NHS Sheffield Clinical Commissioning Group

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Sheffield service is a sight for sore eyes

Sheffield service is a sight for sore eyes
11 September 2013

Getting checked out for some types of eye problems is getting even easier in Sheffield with the expansion of the community eye service, which is welcome news for National Eye Health Week (16-22 September).

Known as PEARS – primary eyecare acute referral service – the service is now run by 35 optometrists covering all the city, which means that even more patients with certain non-sight threatening conditions can now be seen and treated near to where they live and at times more suitable to them.

Optometrists have always provided eye tests in the community but the PEARS service goes that bit further and offers diagnosis and treatment for some eye conditions which don’t threaten their sight.

Dr Richard Oliver, Joint Clinical Director at NHS Sheffield Clinical Commissioning Group (CCG) said: “Before PEARS was set up, patients with certain eye problems would be referred by their GP to the hospital, but through this service the GP can refer them direct to their nearest optometrist – some of which are open late nights and at weekends.

“Four years after the service was launched and we now have nearly double the amount of optometrists making it a much more convenient service and fitting in with our patients’ modern lifestyles.”

The PEARS service, which is run by accredited optometrists who are qualified to diagnose and treat the conditions is for patients over four-years-old. Patients are given an appointment within 48 hours of contacting the optometrist.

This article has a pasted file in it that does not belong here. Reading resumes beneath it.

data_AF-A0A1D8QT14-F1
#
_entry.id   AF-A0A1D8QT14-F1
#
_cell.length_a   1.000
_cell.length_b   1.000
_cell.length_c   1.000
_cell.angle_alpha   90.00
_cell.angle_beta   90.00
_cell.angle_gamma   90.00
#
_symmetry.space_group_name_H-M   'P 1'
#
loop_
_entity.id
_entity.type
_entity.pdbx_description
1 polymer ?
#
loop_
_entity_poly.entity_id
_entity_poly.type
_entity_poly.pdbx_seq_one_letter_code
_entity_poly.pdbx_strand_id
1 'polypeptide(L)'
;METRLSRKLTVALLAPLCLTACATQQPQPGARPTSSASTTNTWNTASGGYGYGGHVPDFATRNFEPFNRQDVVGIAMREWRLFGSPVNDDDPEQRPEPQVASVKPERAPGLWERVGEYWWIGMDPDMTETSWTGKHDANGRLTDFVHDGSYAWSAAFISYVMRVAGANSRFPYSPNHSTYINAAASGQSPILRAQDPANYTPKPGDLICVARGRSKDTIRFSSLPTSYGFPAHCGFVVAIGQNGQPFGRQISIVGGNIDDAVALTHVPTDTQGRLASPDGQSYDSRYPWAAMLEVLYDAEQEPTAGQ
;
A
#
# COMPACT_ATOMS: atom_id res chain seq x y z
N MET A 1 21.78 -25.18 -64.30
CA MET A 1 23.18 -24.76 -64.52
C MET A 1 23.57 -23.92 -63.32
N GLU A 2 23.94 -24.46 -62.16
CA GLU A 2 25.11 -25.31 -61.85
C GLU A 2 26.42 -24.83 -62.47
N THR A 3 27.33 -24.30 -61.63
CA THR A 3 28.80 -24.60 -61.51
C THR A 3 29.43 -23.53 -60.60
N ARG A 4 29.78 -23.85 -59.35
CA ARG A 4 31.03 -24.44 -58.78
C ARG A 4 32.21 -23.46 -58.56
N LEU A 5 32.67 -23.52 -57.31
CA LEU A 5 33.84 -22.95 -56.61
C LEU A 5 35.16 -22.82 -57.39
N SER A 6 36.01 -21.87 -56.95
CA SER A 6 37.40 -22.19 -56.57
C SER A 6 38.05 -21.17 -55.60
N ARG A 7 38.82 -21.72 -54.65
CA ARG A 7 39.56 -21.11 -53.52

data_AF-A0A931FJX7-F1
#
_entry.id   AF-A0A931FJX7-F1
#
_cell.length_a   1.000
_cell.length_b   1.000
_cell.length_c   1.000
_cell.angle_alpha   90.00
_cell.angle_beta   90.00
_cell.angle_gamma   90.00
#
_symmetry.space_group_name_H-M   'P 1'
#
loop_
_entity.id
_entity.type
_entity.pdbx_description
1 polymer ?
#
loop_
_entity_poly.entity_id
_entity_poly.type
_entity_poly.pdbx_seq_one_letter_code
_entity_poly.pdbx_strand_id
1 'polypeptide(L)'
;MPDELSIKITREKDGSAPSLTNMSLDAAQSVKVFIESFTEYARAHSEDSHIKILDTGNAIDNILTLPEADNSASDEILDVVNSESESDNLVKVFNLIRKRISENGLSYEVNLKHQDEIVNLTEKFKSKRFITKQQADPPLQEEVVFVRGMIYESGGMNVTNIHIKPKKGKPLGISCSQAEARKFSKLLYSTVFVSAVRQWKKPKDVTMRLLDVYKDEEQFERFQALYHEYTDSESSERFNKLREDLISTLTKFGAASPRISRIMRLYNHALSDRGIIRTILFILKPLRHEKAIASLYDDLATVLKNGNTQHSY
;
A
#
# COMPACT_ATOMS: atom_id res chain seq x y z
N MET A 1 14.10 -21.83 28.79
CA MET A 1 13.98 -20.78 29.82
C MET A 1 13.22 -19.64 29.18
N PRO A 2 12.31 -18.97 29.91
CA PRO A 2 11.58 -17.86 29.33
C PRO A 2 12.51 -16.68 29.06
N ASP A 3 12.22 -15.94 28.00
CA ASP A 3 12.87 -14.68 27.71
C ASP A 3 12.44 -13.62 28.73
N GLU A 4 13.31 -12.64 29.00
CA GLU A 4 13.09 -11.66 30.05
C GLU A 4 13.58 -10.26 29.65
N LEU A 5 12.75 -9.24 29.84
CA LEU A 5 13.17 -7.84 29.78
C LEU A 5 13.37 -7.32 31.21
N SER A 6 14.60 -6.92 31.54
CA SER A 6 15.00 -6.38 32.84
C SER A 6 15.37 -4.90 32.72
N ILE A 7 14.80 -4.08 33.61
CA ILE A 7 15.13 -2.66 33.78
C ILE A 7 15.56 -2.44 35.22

Where an optometrist feels the patient’s condition can’t be treated in the community, they will refer them direct to the hospital ophthalmology service. And all reports are sent back to their GP.

Rob Hughes, a PEARS accredited optometrist and Chair of the Local Optical Committee said "This service offers patients a quick, convenient way of having their minor eye problems treated, and to have other conditions more thoroughly examined to see if they really do need further treatment in the hospital. A recent patient survey showed a 100% satisfaction rate which is great news for the service and show how pleased patients are with it.”

Conditions commonly seen in the community under the PEARS scheme include dry eye, possible glaucoma, flashes and floaters which may represent posterior vitreous detachments and simple eye infections such as conjunctivitis and eyelid irritations.

Dr Oliver continued: “Sight is the sense people fear losing the most, yet many of us don't know the best way to look after our eyes. It's easy to neglect your eyes because they rarely hurt when there's a problem but regular eye tests and a healthy lifestyle can help you maintain good vision.

“It's recommended that you have a sight test every two years, or more frequently if advised, and to visit your optician or GP if you're concerned with any aspect of your vision at any time. A healthy lifestyle can also help such as not smoking, drinking alcohol within the recommended limits, eating healthily, exercising and protecting eyes from the sun.”

NHS Sheffield Clinical Commissioning Group

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